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The History of BACH

Data included the hospital job code, position name, job group, number of employees, the zip code of each employee’s residence, minimum education required, certificate or course required, average wage and Bureau of Labor Statistics category/job title.

 

The Maryland Hospital Association provided job growth, vacancy and turnover data for each job cluster, and the Coalition matched the database information with known educational programs in the Baltimore area. This career “map” showed that hospitals often had similar job positions with the same training and educational requirements, and the map became a valuable tool for hospitals and workforce organizations looking to prepare people for hospital jobs.

 

From this discussion came an effort by key institutions to design and catalyze short- and longer-term initiatives to build the skills of Baltimore residents and develop a pipeline for qualified workers to fill or advance in critical shortages at Baltimore-area health systems. Several of the area’s largest employers joined the effort, working as a group to address staffing shortages in healthcare careers.

 

With the support of the National Fund for Workforce Solutions (NFWS) and the Baltimore Workforce Funders Collaborative (BWFC) beginning in 2006, all of these efforts were able to grow and develop over ensuing years.  By 2014, the NFWS had given national recognition to a number of institutions as champions of frontline workers.  These institutions are Genesis Healthcare, Good Samaritan Hospital, Johns Hopkins Medical System and Sinai Hospital.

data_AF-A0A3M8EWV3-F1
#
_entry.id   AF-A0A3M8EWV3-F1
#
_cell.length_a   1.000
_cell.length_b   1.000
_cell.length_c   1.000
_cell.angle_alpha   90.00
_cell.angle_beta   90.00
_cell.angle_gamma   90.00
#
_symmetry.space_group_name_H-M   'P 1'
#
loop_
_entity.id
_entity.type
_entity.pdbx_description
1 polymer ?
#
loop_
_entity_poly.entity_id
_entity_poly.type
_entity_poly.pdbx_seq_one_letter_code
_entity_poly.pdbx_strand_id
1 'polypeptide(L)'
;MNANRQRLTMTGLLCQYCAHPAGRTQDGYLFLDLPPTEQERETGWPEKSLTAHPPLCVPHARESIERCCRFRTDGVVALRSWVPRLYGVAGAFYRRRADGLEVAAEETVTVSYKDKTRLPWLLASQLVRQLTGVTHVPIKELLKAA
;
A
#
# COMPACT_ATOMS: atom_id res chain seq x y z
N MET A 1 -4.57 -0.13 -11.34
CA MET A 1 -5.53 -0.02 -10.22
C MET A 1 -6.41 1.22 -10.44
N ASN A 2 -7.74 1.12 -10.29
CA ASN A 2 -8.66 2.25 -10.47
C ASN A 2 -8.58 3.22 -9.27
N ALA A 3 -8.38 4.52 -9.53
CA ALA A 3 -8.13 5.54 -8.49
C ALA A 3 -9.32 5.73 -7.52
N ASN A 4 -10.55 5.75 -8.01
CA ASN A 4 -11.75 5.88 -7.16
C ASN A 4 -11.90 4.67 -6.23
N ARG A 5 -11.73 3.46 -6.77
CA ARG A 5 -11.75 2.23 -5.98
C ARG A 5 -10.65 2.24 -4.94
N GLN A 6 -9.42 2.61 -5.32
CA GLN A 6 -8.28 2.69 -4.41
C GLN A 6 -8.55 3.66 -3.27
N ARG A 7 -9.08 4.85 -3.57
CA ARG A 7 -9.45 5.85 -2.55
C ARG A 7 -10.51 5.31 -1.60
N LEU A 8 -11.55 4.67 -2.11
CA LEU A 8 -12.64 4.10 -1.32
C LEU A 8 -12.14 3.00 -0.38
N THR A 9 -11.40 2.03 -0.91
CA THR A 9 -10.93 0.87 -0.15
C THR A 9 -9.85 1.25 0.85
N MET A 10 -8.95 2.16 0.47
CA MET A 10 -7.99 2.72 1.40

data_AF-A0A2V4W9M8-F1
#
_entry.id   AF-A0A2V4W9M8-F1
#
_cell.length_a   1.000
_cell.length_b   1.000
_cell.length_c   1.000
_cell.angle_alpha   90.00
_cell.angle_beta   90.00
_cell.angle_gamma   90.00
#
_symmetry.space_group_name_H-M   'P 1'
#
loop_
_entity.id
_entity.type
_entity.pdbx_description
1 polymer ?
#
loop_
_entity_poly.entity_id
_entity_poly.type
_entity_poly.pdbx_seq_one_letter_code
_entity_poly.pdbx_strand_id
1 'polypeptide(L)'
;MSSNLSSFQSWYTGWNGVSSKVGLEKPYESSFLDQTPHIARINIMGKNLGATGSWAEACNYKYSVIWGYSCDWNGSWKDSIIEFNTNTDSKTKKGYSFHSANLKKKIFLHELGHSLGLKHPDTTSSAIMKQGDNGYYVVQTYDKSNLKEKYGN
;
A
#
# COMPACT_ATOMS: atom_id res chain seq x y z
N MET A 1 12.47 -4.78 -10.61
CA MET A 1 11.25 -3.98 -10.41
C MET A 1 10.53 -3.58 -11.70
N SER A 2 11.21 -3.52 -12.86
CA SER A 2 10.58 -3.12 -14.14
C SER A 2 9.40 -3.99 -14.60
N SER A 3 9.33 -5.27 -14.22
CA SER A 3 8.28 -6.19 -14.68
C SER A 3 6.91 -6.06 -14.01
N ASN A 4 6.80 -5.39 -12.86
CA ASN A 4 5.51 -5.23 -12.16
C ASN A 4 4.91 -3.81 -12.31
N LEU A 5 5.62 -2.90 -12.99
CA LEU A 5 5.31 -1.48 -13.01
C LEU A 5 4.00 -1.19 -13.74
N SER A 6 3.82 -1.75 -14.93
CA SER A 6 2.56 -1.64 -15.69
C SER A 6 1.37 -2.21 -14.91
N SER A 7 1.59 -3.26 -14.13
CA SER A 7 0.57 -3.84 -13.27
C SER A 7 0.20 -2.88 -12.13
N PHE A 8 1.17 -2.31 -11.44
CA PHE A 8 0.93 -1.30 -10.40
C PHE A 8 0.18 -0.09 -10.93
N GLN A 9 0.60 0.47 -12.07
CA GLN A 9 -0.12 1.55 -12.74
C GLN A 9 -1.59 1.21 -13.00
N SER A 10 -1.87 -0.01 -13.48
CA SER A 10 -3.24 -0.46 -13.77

“We literally stacked our hands together across the aisle and said we’re going to make this happen.”

Pamela Paulk, former head of Human Relations, Johns Hopkins Health System

Collaborating to Create New Job Opportunities...

Creative Collaboration
BACH's Structure Mapping and Coaching An Expanded Focus Back to Our History

The conversation on the train was crucial. But at the same time, several key players had already been considering how to capitalize on the hiring power of area hospitals to create new economic opportunities for lower-income, lower-skilled workers in Baltimore. The Abell Foundation, for example, had researched hiring opportunities at several area hospitals. And the Baltimore City Workforce Investment Board (BWIB), which coordinates workforce training funds, was bringing on new members to help advance different approaches to meeting the needs of employers.

 

Momentum from those ongoing efforts, coupled with the discussion on the train, led to the creation of the Baltimore Healthcare Coalition in 2003. The Coalition was made up of representatives from several area hospitals, as well as leaders from the local WIB and area foundations (which also contributed funding), representatives from federal and state agencies, educational institutions and other nonprofit groups.

 

An early Coalition project was to develop a database determining the number of entry-level job positions in Baltimore City hospitals that required an associate’s degree or less, and identify career pathways leading to employment in high-growth positions.

 

A consultant, funded by The Abell Foundation, gathered data on all positions that require an associate’s degree or less from these four institutions: Johns Hopkins Medical System, Sinai Hospital, Mercy Hospital and University of Maryland Medical System.